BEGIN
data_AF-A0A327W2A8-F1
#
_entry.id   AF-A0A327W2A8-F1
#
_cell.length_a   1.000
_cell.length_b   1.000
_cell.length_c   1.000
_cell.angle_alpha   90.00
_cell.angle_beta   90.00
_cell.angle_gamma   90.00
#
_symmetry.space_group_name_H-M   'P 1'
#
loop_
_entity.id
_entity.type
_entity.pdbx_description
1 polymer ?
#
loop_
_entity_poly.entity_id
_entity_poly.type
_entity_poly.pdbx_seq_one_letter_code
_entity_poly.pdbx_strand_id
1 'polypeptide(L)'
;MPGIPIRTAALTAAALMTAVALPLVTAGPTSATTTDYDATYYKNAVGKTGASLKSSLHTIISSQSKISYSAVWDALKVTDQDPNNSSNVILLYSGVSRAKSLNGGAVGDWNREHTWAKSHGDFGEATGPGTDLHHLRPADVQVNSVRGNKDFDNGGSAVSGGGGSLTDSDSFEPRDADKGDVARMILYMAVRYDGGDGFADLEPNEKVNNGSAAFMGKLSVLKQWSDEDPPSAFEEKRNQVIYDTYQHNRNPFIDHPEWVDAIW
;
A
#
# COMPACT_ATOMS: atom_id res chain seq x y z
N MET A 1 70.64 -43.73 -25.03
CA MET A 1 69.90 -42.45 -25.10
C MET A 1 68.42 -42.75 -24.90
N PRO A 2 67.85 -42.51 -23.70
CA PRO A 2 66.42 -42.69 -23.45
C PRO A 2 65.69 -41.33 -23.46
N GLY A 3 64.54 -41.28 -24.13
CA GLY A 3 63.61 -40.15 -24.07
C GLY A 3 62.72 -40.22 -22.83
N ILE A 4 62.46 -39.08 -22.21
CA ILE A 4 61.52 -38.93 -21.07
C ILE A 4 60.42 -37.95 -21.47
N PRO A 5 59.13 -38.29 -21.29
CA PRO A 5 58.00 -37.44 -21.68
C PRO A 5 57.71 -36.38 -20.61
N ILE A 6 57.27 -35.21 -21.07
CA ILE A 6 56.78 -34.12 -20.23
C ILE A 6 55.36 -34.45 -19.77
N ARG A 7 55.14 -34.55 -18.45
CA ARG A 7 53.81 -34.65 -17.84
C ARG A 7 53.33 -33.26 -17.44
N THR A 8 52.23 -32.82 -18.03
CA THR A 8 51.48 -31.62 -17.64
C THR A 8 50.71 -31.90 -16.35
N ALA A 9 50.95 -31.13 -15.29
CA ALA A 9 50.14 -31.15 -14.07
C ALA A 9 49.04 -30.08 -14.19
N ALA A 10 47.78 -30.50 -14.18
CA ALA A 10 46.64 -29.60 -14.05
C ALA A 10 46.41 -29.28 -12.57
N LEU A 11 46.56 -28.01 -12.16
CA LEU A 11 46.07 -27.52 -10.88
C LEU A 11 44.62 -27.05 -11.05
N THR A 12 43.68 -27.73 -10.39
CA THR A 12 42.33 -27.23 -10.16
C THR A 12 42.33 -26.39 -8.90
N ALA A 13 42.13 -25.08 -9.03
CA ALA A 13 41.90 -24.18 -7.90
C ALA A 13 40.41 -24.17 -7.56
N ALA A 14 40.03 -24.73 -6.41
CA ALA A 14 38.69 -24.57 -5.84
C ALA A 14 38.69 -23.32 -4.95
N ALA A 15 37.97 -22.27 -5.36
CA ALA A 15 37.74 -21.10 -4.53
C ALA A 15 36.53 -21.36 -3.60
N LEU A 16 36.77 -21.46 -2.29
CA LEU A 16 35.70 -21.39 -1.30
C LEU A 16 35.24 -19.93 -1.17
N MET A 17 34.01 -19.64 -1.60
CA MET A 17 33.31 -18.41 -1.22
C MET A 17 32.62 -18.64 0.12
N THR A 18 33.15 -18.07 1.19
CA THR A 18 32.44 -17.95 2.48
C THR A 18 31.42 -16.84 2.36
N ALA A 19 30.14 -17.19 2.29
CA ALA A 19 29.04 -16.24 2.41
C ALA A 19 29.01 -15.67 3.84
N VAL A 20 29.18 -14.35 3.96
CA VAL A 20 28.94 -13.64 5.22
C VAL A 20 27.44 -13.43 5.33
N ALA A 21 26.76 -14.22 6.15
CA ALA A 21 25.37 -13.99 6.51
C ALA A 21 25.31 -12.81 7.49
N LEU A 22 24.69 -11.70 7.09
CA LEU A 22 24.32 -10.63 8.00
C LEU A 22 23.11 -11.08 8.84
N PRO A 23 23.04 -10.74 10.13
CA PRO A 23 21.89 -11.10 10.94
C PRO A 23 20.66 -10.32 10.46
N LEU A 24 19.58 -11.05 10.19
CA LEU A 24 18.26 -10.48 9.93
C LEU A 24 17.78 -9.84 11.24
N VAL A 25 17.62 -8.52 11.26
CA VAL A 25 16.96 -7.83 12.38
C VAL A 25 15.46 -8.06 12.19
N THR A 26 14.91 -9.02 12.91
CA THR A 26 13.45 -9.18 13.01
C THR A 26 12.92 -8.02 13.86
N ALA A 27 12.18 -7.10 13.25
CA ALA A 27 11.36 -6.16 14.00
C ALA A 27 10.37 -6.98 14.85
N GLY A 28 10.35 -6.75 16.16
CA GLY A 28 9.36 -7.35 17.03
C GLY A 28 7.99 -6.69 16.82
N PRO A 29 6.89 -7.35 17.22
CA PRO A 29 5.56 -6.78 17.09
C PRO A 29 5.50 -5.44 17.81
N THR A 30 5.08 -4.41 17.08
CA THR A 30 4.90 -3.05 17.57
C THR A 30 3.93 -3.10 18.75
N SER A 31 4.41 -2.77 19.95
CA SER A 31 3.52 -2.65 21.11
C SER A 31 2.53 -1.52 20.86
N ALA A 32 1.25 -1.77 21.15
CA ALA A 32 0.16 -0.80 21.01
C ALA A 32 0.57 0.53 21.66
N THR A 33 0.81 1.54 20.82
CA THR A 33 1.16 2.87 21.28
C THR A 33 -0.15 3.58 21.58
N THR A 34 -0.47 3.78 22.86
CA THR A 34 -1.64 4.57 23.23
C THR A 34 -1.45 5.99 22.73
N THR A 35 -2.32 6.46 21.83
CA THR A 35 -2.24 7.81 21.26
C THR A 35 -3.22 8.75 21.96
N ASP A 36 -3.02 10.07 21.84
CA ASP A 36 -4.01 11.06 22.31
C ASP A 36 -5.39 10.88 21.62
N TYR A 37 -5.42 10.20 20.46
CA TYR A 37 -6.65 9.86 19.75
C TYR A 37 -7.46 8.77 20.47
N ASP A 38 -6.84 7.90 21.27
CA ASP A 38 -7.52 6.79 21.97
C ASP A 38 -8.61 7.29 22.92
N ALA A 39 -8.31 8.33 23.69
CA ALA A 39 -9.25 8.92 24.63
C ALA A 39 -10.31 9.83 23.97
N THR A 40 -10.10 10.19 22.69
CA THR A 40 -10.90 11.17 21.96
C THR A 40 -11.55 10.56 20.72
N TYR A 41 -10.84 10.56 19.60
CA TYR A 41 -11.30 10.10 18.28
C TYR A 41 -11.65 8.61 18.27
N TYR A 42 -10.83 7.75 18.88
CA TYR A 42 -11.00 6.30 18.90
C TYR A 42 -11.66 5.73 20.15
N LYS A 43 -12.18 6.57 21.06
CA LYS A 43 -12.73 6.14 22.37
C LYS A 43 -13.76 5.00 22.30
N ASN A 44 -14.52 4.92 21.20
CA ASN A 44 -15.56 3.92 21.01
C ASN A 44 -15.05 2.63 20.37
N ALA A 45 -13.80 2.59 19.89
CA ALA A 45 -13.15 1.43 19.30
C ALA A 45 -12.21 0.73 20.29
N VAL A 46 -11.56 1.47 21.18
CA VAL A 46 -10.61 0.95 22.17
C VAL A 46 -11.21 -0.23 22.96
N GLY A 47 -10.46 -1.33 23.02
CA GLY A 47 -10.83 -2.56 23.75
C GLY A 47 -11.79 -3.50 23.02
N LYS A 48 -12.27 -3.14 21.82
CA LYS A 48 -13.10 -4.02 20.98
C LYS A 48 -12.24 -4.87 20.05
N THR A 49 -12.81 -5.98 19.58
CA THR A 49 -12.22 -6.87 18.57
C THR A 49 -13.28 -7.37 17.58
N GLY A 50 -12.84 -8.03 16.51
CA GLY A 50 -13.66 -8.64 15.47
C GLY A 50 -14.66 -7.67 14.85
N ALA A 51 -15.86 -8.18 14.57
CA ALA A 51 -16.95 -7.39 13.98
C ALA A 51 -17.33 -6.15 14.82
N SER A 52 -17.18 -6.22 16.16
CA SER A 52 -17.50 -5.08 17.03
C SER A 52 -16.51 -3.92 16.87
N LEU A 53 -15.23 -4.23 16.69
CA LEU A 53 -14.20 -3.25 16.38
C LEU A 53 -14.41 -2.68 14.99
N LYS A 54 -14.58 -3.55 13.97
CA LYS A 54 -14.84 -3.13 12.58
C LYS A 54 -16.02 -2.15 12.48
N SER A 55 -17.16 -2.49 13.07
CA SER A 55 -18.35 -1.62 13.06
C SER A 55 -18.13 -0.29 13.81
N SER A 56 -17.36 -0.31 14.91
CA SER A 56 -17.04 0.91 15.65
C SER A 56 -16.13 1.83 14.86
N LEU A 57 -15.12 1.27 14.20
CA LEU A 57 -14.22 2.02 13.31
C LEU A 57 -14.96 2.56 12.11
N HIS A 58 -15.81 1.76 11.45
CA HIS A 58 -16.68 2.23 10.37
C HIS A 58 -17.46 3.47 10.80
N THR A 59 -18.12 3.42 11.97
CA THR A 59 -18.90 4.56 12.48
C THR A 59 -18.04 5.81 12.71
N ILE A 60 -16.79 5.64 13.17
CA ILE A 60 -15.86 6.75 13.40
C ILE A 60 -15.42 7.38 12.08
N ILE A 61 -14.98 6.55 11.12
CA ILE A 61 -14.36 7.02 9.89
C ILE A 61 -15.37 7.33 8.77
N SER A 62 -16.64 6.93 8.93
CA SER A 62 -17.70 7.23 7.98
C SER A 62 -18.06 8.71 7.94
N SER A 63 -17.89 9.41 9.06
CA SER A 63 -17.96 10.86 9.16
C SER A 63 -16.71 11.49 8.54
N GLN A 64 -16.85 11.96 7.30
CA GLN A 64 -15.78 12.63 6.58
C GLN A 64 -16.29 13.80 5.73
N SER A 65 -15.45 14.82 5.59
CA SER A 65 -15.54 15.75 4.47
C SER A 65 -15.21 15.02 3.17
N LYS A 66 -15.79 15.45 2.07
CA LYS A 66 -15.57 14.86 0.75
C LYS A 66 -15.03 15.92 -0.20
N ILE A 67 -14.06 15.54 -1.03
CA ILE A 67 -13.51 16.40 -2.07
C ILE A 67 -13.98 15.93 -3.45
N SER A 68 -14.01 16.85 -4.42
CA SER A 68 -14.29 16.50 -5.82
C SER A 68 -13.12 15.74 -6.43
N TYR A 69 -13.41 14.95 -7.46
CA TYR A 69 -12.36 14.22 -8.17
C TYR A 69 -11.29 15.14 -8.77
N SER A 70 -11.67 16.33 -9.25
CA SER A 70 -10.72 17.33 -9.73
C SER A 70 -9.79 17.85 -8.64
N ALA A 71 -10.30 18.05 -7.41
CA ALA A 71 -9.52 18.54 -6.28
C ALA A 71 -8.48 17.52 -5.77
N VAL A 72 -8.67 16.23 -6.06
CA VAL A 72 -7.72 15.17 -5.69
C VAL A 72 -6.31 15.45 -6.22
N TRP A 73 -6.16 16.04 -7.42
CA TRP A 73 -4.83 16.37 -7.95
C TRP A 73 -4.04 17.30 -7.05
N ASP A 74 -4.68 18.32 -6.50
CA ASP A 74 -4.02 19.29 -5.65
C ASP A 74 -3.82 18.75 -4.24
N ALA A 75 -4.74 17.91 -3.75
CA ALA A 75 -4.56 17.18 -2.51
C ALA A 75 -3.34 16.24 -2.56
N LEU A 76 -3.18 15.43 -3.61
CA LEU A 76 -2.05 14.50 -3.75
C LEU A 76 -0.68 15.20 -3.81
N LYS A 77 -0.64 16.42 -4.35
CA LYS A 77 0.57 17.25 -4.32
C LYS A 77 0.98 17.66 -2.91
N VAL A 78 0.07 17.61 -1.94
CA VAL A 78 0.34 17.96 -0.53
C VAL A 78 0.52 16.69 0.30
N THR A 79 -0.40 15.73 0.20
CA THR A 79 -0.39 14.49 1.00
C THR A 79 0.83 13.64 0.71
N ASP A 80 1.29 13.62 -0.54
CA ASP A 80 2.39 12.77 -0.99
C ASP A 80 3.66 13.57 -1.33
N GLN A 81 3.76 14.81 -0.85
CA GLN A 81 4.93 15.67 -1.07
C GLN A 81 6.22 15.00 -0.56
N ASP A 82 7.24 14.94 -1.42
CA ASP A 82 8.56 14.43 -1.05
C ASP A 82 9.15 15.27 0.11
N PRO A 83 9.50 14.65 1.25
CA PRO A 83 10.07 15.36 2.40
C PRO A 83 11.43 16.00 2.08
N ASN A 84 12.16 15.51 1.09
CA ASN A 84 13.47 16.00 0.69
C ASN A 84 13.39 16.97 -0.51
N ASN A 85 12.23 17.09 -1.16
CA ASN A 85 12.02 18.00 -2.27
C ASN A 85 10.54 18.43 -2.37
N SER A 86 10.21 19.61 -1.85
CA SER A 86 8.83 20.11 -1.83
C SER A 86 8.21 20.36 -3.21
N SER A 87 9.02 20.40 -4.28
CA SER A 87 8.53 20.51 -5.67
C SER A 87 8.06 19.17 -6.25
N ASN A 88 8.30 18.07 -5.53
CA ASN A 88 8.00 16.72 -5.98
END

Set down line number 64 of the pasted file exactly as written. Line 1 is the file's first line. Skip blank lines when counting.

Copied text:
N THR A 12 43.68 -27.73 -10.39